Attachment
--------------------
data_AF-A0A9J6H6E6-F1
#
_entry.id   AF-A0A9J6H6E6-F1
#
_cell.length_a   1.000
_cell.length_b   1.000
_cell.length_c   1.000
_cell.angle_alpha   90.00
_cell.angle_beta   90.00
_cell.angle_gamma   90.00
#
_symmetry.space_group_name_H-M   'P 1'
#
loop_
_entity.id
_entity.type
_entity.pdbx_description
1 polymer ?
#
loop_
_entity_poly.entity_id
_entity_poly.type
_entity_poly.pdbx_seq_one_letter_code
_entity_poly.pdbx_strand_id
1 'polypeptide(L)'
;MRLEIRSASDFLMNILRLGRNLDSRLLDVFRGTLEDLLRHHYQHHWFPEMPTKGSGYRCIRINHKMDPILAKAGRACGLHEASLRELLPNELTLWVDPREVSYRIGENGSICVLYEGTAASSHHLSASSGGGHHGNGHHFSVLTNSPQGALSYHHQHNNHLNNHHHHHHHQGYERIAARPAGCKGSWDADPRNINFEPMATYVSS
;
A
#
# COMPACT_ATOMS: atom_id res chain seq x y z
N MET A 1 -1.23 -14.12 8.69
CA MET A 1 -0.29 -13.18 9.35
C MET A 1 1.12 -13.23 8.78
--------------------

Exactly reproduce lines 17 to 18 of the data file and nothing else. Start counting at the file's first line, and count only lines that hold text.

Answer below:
_entity.pdbx_description
1 polymer ?